Given that I specialize in both faith-based counseling and I advertise as an LGBTQ+ safe space, I knew this blog post needed to come sooner rather than later. Putting the subjects of “faith” and “LGBTQ” side-by-side often invokes an invitation to explain oneself further.
I hope to have many more blog posts about this topic in the future, but for now I’ll kick off this series by attempting to explain myself in this area – if even to just scratch the surface. My hope is not to make it about me, but rather to respond to this frequently asked question so I have it as a reference point in future posts, and to hopefully open up a safe space before getting to the really good stuff.
The LGBT “Thing?”
I’ll start by explaining why I choose “thing” to reference such a hugely important subject? Most commonly I’ve heard other faith-based communities reference non-normative sexuality as “The LGBTQ issue.” I’ve come to take issue with overusing the word “issue” because over time it’s seemed to have taken on a subtext as if to say, “LGBTQ people are getting in the way of our comfortable lives by challenging our heterosexual and gender binary norms. They are making this an issue.” Don’t get me wrong, the topic of sexuality has no doubt become an incredible issue in our society. I fear though that some of us are losing a sense that this is an issue as a result of the persecution and unequal treatment of people that requires care and understanding, and instead members of society are looking to a people group that feels unfamiliar and saying to them, “you are an issue.” Therefore, I opted not to use that word for my blog title.
I also chose not to call it “the LGBTQ debate.” There may be plenty of things available to debate surrounding this topic, but my intent in this post is not to debate any issues. Rather, I wish to simply share where I come from and how I approach sexuality with my clients as a faith-based therapist.
Now that we got that cleared up, the next question is often – why me? How did this become an area that I specialize in as a cisgender, straight female? I fit into the majority culture in both my sexuality and my gender identity.
My journey into this area of specialty was not a direct path. My initial interests in the field primarily surrounded anxiety and racial/ethnic identity – two areas that still continue to be at the core of my work. However, growing up in a conservative evangelical Christian context did not leave much room for me to see or understand the LGBTQ community. Without going into all the details, as a teenager I didn’t know how to make sense of anything that happened outside of the norms of gender and sexual identity that were taught to me. In hindsight, I didn’t want to interact with the LGBTQ community or anything affiliated because I feared doing so would threaten my beliefs and values. So I kept mostly to myself, and it seemed my plan was mostly working – if only in the sense that I was able to successfully avoid facing reality.
I’m grateful that a wrench got thrown into my comfortable yet fearful worldview around sexuality. Beginning in college, I started experiencing a strange phenomenon. Trusted friends and loved ones began to come out to me. At the time, the idea that someone I knew and loved could be gay or otherwise fall outside of sexual or gender binaries was a complete shock to me. At the time I offered many unhelpful or even harmful responses, when my friends probably were in deep need of support and understanding.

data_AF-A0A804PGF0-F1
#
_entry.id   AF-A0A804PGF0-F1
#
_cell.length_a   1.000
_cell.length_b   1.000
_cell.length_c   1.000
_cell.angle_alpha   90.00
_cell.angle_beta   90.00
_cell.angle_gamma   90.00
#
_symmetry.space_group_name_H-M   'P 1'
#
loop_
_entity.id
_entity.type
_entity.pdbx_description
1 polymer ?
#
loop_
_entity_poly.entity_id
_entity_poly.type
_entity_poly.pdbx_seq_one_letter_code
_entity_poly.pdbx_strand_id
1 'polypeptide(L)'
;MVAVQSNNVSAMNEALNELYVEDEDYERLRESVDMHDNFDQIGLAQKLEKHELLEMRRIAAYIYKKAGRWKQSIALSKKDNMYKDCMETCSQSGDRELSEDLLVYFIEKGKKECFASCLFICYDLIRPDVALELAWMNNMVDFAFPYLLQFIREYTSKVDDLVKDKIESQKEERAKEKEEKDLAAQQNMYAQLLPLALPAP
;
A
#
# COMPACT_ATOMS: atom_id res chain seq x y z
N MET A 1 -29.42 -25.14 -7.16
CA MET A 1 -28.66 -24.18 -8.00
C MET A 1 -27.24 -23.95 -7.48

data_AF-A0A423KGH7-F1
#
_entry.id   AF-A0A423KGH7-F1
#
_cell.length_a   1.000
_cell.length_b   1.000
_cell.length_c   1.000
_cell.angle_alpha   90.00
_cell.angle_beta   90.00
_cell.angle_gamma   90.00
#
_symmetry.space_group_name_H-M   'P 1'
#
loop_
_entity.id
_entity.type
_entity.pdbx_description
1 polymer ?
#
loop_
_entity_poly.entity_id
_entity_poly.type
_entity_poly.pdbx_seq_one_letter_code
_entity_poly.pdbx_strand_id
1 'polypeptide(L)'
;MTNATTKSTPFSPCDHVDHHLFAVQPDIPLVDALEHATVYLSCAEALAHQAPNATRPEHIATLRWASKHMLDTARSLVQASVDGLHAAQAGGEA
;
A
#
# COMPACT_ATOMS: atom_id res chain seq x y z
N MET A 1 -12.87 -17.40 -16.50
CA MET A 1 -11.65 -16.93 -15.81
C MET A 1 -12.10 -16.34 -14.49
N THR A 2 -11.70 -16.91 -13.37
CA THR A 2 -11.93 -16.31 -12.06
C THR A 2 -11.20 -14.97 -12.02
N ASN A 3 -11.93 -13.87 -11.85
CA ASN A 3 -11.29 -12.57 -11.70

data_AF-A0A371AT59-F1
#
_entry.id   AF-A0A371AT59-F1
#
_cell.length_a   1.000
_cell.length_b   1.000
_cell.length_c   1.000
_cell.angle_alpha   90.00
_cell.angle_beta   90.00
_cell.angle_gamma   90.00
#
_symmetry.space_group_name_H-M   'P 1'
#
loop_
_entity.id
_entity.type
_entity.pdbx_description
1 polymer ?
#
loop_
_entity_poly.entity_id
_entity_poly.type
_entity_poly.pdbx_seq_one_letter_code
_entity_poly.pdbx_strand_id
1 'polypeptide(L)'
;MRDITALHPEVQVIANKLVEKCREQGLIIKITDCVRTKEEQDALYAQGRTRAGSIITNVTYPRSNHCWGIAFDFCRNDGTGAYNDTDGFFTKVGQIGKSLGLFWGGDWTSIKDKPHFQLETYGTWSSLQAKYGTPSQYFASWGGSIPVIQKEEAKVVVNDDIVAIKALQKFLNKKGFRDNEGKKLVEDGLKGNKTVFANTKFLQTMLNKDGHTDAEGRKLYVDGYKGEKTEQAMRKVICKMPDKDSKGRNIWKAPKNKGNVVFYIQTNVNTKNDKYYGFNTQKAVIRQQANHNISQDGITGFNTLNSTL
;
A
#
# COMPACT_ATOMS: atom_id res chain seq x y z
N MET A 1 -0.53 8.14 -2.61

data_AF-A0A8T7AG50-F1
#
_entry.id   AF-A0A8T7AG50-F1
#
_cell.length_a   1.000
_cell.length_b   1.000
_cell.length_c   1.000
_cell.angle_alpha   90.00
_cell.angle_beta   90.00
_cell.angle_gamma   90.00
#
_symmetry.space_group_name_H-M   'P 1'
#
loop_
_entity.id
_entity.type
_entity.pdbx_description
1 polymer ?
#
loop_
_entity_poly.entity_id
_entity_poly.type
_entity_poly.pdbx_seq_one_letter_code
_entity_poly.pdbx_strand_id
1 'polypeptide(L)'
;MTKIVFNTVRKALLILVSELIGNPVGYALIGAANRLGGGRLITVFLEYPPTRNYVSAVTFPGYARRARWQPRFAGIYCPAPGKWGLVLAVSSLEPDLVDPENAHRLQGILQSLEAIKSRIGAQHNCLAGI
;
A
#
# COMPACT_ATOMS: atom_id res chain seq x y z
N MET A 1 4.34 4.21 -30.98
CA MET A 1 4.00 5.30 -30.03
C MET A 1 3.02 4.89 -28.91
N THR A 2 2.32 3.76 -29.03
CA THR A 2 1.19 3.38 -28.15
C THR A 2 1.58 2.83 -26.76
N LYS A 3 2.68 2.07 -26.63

These shocks to my system forced me to take the whole LGBTQ thing off the shelf and challenged me to reevaluate how I made sense of everything. I’ll spare you all the details of my journey since then, except to say that even from there my path to where I am now was not at all linear, and I believe my journey will still continue to unfold from here. However, once I was faced with the reality that non-normative sexualities existed, I couldn’t set the topic back down or brush it aside anymore.
For awhile, I didn’t directly advertise sexuality as an area of specialty for my practice, even though I had worked with many individuals identifying sexuality as a primary reason for seeing me. I also found myself constantly seeking more learning material on the subject and desiring more and more to become an advocate for a largely misunderstood people group – especially within church circles. I must confess that even though I was passionate about pursuing advocacy, I feared what advertising myself as an “LGBTQ+ safe space” could do to my reputation.
I’m not in any way proud for having kept things so quiet. I was finally inspired to “come out” as a Christian therapist specializing in sexuality after contemplating stories of those in the LGBTQ community who have been brave enough to come out to their loved ones, even when that’s meant that they’ve been cut off or persecuted as a result. All of a sudden protecting my private practice seemed very insignificant compared to the realities of some of my clients and friends.
Once I started publicly advertising myself as an LGBTQ+ safe space, I began to realize just how great a need there is, and how many people in so many churches have not told anyone their secret.
I don’t claim to understand all there is to know about sexuality. In fact, the more I learn the less I feel like I know. My goal is not to come from a place of power through knowledge, rather my hope is to assume a posture of humility, knowing I always have so much more to learn. By calling myself an “LGBTQ+ safe space” I don’t wish to convey that I know everything, rather I wish to level the playing field by asking permission to learn and explore each individual’s story together with them. I do believe this is the only path forward for us if we hope to make healthy progress on this front.
Photo by Peter Hershey on Unsplash